Biography - Jacob Paul

JACOB PAUL. It is gratifying to trace the history of those of the early pioneers of Montgomery County who have persevered through trials and hardships and have at last reached the point where they can enjoy the wealth and prosperity which rightly belong to them. In the life of the gentleman whose name we now give, we find such a history, and the popularity which belongs to such a man is the just meed which his neighbors are glad to pay to his worth and work. This honored representative of one of the best old Eastern families is now residing in Bois D'Arc Township, and is one of the most esteemed and respected citizens of the same. He was born in West Virginia on the 19th of September, 1815, a son of John and Keziah (Mills) Paul, the former a native of Pennsylvania, and the latter, it is supposed, of Virginia.
Philip Paul, an uncle of our subject, was a soldier in the War of 1812. John Paul and his wife emigrated to Morgan County, Ind., and came down the Ohio River on a flat-boat to Cincinnati. Then with horse and wagon they went to Southern Indiana and there located, being among the early settlers, and there the father died about a year later. The youthful days of our subject were passed amid the scenes of pioneer life and his muscles were early hardened to the duties of the farm. Indians at that time were plentiful and wild game abounded in the wood. On account of the scarcity of schools, young Paul received very limited educational advantages and is mainly self-educated. He has ever been a great reader and books are his delight, he being enabled through that medium to become thoroughly posted on all important subjects.
The original of this sketch selected his wife in the person of Miss Ellen McLean, a native of Kentucky, and six children blessed this union, viz.: Frank, John, Douglas, Levi; Alice, wife of Nelson Darr; and Keziah, wife of Albert Taylor. A short time before the Tippecanoe Presidential campaign, Mr. Paul and wife removed to St. Clair County, Ill., and resided there a few months, after which he went to Missouri. Shortly afterward, he came to Alton, Ill., and remained there until early in the '50s, when he located in Macoupin County; after residing there a few years he came to Montgomery County, settling on his present farm in Bois D'Arc Township. He broke the first sod on this place and has spent a good number of his days in developing and improving this fine tract of land. He is now the owner of two hundred acres of land, all the result of honest toil and industry on the part of himself and his worthy wife, who was a true helpmate to him in the trials and privation of pioneer days. In those times, he used a wooden plow, drawn by oxen, in breaking the prairie. He has done much pioneer work, and in every public enterprise that had for its object the upbuilding of the county, he has taken a prominent part. October 4, 1892, he suffered a severe blow in the loss of his wife, who was called to the better land.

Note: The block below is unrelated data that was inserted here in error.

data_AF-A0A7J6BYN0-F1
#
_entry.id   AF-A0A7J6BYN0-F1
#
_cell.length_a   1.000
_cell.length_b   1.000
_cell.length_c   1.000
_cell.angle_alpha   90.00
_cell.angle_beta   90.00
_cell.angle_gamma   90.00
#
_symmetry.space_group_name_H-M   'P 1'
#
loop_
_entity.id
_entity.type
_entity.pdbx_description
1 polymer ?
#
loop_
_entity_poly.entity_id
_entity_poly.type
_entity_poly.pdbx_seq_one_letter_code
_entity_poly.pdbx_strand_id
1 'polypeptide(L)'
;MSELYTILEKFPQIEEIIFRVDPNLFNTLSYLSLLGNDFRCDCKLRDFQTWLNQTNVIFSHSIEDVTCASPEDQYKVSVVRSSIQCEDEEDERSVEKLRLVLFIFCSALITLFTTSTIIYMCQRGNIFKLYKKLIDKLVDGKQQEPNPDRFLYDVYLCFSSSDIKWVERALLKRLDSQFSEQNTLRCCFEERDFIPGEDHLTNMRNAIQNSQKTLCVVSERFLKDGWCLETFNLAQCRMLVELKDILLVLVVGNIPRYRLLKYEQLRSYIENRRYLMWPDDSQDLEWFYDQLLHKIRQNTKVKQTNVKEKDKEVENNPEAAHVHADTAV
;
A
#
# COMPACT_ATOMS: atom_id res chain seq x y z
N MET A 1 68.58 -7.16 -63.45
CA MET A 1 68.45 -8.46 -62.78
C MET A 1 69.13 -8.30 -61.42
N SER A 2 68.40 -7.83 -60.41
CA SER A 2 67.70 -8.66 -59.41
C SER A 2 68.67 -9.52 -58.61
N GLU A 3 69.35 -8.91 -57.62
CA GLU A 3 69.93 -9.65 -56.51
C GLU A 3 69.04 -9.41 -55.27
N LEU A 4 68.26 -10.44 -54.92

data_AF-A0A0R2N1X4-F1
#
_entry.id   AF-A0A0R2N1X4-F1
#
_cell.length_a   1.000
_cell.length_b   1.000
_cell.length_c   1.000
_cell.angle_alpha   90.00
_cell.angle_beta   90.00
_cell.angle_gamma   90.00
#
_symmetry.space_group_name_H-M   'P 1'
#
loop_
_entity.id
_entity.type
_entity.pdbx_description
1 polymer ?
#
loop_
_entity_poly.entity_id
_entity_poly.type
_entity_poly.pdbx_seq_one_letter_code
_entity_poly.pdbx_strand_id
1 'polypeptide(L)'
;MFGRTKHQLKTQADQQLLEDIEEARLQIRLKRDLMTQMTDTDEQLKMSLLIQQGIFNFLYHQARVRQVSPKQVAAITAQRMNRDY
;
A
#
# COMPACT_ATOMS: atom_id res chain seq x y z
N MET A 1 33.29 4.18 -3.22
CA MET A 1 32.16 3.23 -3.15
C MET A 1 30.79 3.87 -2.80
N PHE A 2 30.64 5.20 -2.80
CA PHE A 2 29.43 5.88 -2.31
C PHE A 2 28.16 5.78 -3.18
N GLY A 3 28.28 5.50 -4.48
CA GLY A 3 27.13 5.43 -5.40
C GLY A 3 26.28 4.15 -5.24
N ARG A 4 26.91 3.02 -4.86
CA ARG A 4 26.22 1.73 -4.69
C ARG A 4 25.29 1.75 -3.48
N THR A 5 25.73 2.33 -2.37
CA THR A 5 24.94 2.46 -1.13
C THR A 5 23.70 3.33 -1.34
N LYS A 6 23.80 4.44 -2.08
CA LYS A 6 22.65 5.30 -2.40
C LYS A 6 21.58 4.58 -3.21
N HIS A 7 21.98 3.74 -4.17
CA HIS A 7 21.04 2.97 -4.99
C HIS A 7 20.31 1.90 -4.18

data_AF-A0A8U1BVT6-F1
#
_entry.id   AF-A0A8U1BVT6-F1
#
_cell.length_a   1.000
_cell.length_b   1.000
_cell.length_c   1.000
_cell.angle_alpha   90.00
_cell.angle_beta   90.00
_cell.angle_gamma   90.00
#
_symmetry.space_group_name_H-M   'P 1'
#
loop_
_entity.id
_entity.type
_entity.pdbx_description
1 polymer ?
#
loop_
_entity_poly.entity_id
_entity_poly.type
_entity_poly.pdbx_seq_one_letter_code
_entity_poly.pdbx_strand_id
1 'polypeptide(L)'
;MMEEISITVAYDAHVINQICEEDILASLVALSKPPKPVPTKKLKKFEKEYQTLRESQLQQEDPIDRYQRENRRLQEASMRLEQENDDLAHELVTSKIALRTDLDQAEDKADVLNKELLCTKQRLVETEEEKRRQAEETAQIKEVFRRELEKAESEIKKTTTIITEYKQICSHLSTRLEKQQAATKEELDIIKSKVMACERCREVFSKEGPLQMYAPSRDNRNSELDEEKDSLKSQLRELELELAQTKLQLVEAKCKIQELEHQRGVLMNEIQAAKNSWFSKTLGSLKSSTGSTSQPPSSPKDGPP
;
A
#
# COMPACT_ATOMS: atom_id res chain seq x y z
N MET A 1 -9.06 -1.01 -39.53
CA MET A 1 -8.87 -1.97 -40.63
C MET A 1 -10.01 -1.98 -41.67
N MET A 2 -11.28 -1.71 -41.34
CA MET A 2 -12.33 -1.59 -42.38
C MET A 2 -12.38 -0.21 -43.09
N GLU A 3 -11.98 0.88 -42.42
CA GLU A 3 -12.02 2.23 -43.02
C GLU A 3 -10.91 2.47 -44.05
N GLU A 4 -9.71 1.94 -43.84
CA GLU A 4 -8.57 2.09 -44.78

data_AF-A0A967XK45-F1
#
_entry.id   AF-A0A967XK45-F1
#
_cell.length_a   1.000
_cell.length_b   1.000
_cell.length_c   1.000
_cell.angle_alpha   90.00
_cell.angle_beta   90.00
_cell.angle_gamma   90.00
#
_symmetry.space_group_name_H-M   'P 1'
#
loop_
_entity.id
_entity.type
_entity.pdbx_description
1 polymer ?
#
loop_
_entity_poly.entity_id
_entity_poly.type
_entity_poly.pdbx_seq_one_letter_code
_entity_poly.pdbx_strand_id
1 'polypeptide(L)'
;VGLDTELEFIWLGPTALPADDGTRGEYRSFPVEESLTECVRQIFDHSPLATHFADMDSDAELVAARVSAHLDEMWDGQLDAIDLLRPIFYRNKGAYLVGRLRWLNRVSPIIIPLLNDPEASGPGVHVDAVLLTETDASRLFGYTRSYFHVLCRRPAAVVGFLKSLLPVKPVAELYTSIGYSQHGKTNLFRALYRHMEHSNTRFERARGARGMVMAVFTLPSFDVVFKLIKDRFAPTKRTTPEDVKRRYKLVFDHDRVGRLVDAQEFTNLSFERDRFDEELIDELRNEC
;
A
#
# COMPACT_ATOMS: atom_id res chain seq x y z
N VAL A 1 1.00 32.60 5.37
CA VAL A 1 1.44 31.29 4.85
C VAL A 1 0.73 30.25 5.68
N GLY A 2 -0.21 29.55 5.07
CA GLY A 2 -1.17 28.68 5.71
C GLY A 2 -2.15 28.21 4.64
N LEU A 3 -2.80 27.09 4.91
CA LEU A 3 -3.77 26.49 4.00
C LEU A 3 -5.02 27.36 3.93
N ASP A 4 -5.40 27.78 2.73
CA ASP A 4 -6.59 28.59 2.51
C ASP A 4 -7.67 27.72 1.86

In his political views, Mr. Paul is a stanch Democrat and has ever been interested in the triumphs of his party. In every walk of life, he has acquitted himself in an honorable and upright manner, and his word is as good as his bond. His history is an example of what frugality, industry and integrity will accomplish and he enjoys a success as great as it is pronounced. He had two sons, Frank and John, who were soldiers in the Civil War. As before stated, Mr. Paul is a Democrat and has voted the straight ticket with one exception and that was when he voted for Abraham Lincoln when he was nominated the second time. Mr. Paul has worked at many different occupations during his life and for a time was a steamboat hand on the Mississippi River. This was while he was a resident of Alton, Ill. He is one of the oldest citizens of the county and is well known throughout its length and breadth, and has a host of warm friends. He is very popular with all, and we take great pleasure in representing him in these pages.

Extracted 04 Dec 2016 by Norma Hass from 1892 Portrait and Biographical Record of Montgomery and Bond Counties, Illinois, pages 234-235.

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